I will not buy a helmet on-line that I can't try on first. To expensive to return and too much hassle in my opinion. That leaves me with the LS2 Valiant II or the recently launched/ES updated SHARK EVO GT as my only choices and the new Shark is still very rare here in Canada and no where to try one on for fit. I like the improvements I've read and seen in the reviews that have been made to the LS2 Valiant II helmet over it's predecessor the original Valiant. I tried one on and it seems to fit me well from all the size, head shape etc. criteria albeit it feels a bit weird never having worn a modular or full face before. I guess I'l get used to the chipmunk cheeks pressure and tighter feel. That could be because it was brand new too as my is beyond being well broken in.

My question is: does anybody have any heads on experience with either of these two helmets (the newer LS2 Valiant II or the SHARK EVO GT) and what are your thoughts? Thanks in advance.
I've had the LS2 for a couple of months.
The only issue I have is that the sun visor doesn't stay in the slider mechanism very well when stretched the helmet while putting on.
Not a big problem but bothersome at times
 

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@Norad , Did you really intend to triple quote the exact same post? One quote would have done it just fine. Was a bit confusing for just a moment figuring out why, then I just dismissed it as an error and it all made sense.
 

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Fixed it.
 
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The issue with most of the convertible helmets like you're talking about is that they're really 3/4 helmets in full face disguse. The chin bar is there pretty much for looks from what I've read and videos I've watched. If you want a chin bar get an actual modular/full face helmet that will protect your face when/if the time come that you need it.

I was looking at the nolan n70 and ruled it out because of the faux chin bar and the heavy weight of the helmet.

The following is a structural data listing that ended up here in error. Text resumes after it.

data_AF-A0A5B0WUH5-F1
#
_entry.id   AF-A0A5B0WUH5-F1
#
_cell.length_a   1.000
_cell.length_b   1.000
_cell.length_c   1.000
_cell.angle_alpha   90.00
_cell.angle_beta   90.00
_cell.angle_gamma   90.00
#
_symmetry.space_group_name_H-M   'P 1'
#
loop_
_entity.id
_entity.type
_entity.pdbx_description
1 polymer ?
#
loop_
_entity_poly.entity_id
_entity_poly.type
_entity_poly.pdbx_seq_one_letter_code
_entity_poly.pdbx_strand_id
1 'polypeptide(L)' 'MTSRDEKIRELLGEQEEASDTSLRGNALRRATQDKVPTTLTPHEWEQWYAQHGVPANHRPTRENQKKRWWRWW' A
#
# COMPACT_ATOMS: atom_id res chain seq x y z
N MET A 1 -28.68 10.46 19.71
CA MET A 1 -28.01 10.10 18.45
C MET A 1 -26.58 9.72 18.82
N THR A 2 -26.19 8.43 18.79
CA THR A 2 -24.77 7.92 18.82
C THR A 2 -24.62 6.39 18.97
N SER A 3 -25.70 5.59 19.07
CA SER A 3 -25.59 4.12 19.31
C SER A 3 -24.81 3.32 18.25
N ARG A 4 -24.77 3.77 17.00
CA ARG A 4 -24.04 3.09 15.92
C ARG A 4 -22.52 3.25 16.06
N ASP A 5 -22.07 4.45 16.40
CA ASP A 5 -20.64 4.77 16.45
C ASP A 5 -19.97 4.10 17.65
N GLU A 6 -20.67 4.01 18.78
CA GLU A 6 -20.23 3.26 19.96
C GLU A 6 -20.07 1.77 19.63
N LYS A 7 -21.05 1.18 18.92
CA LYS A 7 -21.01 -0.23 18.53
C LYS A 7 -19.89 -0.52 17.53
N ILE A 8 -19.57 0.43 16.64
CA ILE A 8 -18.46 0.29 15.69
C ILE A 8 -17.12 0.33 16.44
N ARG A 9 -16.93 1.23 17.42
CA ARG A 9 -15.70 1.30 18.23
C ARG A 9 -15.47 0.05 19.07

Fort9 on YouTube had a review of it a while back that was pretty informative.
These are very strong claims about flip-over helmets, offered with no supporting facts. I'd be interested to see links to real data, lab-controlled crash tests, etc.
 

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Problem with flip overs is that they flip over! They offer no face protection (flipped over) when that idiot in the tin box pulls out right in front of you, and you go over the top.
Been there, got the t-shirt, and scars. That Burgman screen is to keep the wind and rain off. Nothing more. So if you want it flipped over most of the time, why not have an open face?
They sell open face helmets as "scooter helmets" -Why? Are you less likely to fall on your chin if you are knocked from one?
 

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Discussion Starter · #35 ·
These are very strong claims about flip-over helmets, offered with no supporting facts. I'd be interested to see links to real data, lab-controlled crash tests, etc.
In my research, I discovered some interesting test data provided by the SHARP organization out of the UK. FYI - they refer to modular helmets as "system" helmets.

SHARP Helmet Testing - UK
 

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Long-Time Modular Helmet Wearer Here:

FWIW, I've been wearing modular, AKA flip-up, helmets for about two decades now, and here are my comments.

History:

I started street riding back in 1997, when I was 49. Before that, I had ridden dirt bikes off-road as a teenager, but that was it.

For the first few years of street riding, being already old enough to have accumulated a tiny bit of wisdom, I started right off with full-face helmets. My starting-off routine was: take off glasses, and put them on the bike's seat; put on helmet; pick up glasses off the ground, where they blown or otherwise just fallen off; put glasses on. Also, if it was raining at the time, the glasses got wet(ter) in the process.